By Amanda Kim Stairrett
Fort Hood Herald
Maneuver company commanders, their platoon leaders and staffs of the 1st Cavalry Division's 1st Brigade Combat Team recently got an up-close look at the resources at their disposal on the battlefield.
Mortar crews from the 2nd Battalion, 8th Cavalry Regiment; artillery crews from the 1st Battalion, 82nd Field Artillery Regiment; and Black Hawk and Apache crews from the 1st Air Cavalry Brigade's 1st Battalion, 227th Aviation Regiment, joined armor and infantry leaders from the 2nd Battalion, 8th Cavalry; 2nd Battalion, 5th Cavalry Regiment; and 1st Squadron, 7th Cavalry Regiment, at a series of training ranges at Fort Hood
There, the leaders practiced synchronizing artillery, mortars and helicopter firepower as they maneuvered toward a target.
Each leader had to act as if his whole company was on the battlefield with him, said Maj. Ethan Orr. They will be joined by their soldiers for the training in the first two week of January during the brigade's "Ironhorse Rampage." It is the final training event at Fort Hood for the brigade before spending a month at the National Training Center at Fort Irwin, Calif., in March.
The training involved full-spectrum operations fights, said Lt. Col. Miles Brown, the 1st Battalion, 82nd Field Artillery's commander. He attended the training to provide insight as to how his companies could be integrated into the maneuver commanders' plans.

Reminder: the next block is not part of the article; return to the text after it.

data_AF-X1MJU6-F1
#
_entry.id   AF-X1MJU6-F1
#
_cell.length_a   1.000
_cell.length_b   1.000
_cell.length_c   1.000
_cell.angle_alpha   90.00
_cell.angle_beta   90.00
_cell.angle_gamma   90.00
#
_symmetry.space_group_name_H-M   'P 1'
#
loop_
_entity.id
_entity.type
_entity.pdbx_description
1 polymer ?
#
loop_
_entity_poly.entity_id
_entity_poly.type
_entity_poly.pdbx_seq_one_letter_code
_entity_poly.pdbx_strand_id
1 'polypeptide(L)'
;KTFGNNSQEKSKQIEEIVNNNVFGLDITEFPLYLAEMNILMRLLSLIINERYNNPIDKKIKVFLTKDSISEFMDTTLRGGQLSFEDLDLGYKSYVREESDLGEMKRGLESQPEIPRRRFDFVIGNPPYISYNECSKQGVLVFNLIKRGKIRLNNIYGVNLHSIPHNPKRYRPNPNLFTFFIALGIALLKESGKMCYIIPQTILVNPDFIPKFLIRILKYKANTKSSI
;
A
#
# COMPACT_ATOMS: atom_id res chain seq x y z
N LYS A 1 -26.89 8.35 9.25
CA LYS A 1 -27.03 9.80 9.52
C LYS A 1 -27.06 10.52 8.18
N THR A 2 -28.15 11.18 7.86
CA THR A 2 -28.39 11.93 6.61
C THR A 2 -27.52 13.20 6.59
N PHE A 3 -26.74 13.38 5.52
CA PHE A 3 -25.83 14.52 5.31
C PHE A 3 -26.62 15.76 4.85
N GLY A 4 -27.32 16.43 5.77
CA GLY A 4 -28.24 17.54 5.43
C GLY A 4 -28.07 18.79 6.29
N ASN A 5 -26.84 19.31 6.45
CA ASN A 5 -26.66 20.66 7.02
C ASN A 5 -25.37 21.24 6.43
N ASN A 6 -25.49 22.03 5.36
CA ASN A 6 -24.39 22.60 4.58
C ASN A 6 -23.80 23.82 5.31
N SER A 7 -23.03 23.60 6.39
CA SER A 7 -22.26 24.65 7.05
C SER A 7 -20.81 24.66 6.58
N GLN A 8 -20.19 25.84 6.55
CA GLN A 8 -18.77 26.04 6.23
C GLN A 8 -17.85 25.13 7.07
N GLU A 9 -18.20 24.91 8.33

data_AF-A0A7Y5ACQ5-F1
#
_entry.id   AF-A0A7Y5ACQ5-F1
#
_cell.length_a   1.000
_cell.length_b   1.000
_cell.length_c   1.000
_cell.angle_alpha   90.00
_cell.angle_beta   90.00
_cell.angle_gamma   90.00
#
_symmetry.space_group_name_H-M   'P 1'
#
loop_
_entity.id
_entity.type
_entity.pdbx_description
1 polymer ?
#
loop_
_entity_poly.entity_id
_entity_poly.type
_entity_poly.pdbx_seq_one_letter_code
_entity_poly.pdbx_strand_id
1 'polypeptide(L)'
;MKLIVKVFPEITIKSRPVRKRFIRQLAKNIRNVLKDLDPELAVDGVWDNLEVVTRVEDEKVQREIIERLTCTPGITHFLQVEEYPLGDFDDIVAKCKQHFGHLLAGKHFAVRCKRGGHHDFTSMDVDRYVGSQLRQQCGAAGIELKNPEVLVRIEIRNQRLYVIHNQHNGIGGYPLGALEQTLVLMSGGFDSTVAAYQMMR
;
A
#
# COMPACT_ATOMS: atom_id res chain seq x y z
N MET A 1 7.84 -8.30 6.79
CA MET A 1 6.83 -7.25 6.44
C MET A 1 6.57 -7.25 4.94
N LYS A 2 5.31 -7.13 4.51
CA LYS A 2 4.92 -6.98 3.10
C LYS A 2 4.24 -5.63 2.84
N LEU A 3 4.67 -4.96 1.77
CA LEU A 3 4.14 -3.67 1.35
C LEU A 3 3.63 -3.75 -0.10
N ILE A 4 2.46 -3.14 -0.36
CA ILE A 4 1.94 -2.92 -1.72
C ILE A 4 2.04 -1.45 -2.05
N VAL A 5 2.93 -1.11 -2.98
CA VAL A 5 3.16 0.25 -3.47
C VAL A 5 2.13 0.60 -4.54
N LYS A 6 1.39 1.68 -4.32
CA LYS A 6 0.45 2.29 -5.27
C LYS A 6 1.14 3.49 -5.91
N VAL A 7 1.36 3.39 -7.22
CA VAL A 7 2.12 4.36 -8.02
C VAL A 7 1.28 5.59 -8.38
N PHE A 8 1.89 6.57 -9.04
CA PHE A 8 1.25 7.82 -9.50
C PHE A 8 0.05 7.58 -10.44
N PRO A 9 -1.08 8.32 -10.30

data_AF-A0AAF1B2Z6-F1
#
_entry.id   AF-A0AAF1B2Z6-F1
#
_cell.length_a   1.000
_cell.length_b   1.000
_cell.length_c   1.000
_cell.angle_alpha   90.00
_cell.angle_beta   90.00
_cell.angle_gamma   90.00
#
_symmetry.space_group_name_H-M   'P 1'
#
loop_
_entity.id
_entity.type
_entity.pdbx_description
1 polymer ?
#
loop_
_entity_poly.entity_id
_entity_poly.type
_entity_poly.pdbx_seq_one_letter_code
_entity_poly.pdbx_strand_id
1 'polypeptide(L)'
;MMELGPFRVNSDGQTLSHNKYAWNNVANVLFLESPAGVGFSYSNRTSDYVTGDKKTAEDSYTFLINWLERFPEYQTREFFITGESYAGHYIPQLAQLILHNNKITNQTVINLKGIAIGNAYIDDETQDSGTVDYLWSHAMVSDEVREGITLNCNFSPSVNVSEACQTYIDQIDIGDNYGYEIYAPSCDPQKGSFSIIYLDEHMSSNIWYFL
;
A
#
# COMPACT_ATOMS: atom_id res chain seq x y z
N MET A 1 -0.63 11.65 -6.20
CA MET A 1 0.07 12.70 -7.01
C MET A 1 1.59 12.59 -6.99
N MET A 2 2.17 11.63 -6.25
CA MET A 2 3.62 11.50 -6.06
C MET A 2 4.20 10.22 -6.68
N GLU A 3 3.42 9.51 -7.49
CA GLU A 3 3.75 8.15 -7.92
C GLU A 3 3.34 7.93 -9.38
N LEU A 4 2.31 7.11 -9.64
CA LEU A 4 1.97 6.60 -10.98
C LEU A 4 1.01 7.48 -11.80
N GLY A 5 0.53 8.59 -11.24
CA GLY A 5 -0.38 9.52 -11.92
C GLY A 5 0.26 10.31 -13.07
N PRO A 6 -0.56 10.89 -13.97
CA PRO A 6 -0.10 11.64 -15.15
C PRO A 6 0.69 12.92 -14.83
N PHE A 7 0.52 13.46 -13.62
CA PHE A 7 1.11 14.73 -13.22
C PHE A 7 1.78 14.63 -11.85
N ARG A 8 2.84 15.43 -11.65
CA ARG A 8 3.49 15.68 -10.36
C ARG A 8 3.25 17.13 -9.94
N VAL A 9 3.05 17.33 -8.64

The three days of training was important because those men were the next generation of leaders, Brown said. This is what they're supposed to be able to do, he added.
Brown said training for company commanders and platoon leaders wasn't like this when he was a young officer. The Army has grown so much, Brown said, because he didn't have the capacity to understand and execute maneuvers like the 20-somethings were doing at the range that week.
The training was good because it gave the leaders a better idea of the abilities of the assets available to them, Capt. Bo Burns, Alpha Company, 2nd Battalion, 5th Cavalry commander, said after completing a maneuver lane with 1st Lt. Michael Schumacher, his fire support officer, and Sgt. James Morrison, a forward observer.
The leaders who participated in the training also got a chance to fire almost all of the weapons systems they called upon during the maneuver lane. That included visits to the mortar tracks and Paladins at nearby ranges.
Getting to fire the weapons helped the visitors "build confidence in this asset," said Capt. Erik Sewell, a fire support officer in the 2nd Battalion, 8th Cavalry.
Though it wasn't the first time Capt. Carl Danko pulled the lanyard on a Paladin's 155mm howitzer, it was the first time he went through the entire procedure of preparing the gun to fire.
Danko commands the battalion's Charlie Company, and said the training was valuable because it gave him a chance to see what happens behind the scenes when leaders call for fire and effects. He and his fire support noncommissioned officer, Sgt. Jeremey Pelletier, got to see all the processes from start to finish and it gave them a better understanding of what everything did, Danko said.
"It was fun," Pelletier said. "A lot of fun."